Spill the dish his lip said,
at the side, this one, stop
and run and stop then. Was
the day wet when he set
to it, for his cheek the step
on top. Wish to wish inside,
the slip led to this. Within
and done, a life of silt.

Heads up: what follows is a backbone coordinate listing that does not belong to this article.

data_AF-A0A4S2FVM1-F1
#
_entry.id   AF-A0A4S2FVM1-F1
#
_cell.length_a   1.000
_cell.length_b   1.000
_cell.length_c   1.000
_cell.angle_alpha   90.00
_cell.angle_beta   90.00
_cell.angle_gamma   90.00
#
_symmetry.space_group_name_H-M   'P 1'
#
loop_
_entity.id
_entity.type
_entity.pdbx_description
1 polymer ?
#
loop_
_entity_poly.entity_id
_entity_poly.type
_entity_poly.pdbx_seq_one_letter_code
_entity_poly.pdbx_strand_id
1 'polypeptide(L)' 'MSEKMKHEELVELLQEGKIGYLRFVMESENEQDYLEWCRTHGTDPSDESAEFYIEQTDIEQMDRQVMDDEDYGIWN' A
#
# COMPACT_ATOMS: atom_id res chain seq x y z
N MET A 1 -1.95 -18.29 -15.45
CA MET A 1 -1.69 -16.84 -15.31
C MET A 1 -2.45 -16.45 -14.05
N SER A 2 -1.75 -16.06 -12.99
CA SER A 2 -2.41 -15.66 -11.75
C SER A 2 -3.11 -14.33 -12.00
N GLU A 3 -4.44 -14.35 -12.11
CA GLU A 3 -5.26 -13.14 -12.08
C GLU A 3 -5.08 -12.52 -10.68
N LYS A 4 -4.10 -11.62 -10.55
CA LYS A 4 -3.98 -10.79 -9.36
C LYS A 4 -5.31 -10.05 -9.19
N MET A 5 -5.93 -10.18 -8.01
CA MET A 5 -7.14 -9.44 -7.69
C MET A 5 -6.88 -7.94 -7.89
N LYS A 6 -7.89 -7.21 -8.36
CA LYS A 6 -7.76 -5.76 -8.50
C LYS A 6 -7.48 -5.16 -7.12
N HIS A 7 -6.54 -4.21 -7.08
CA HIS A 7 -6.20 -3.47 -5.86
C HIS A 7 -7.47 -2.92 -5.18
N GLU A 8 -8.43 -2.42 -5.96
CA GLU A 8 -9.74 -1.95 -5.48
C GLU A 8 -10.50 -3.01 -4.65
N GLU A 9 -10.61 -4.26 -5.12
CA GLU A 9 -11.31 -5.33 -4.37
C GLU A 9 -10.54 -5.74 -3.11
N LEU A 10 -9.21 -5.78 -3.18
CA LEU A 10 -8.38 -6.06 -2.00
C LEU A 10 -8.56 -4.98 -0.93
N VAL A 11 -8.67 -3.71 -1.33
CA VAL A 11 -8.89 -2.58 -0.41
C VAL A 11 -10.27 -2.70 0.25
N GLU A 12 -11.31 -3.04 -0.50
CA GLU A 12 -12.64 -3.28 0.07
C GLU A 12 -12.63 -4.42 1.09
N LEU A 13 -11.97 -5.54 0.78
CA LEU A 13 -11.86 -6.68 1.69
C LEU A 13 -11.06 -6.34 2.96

Somebody, either on account of deafness or because the sounds are hard to catch, might be trying to lip-read his or her way through a series of curt, baffling, but apparently precise instructions; tracking the speaker’s lip-movements could be the only way of finding an authenticating human reference-point for words which in themselves remain mysterious. Did he really say ‘spill the dish’? The instructions are obscure enough to be put to work in various contexts. ‘Stop and run and stop then’ could be part of a playground game, or of some form of tense military exercise, where the barked commands of the sergeant-major intersperse with the recruits’ whispered attempts to help each other out — ‘at the side, this one’; miniature dramas seem to form themselves readily from these fragments of phrases. We could also be reminded of computer instructions, with ‘stop’ and ‘run’ no longer triggers for rapid or terrified human reaction, but prompts for the keyboard operator to call up or shift around blocks of data. ‘Stop’ and ‘run’ facilities could enable the operator to measure or rearrange the positions of items relative to each other, even where the items themselves are not clearly understood — a rudimentary ‘start’ at finding one’s way around in an alien world. The indifference of the instruction-words ‘stop’, ‘run’, ‘send’, etc., to the data they dispose or the messages they activate, can mirror the effect of the positional markers whose prominence in the text was mentioned earlier — ‘at the side’, ‘at the back’, ‘under’, ‘over’, ‘on’, ‘off’, ‘left’, ‘right’, ‘up’, ‘down’: words which offer a minimal kind of security, a set of trustworthy bearings amid so much strangeness, since their meanings hold good irrespective of the meanings of the items they connect, or of the world in which the connections occur. The frequency with which such words appear could also suggest how pressing the need for such security is to be, how in the face of terror or uneasiness the organism may instinctively draw itself back to its fundamental capacities, to right itself (in a text full of slipping and falling), and to orientate itself (in a text full of starting, stopping, going on and turning round).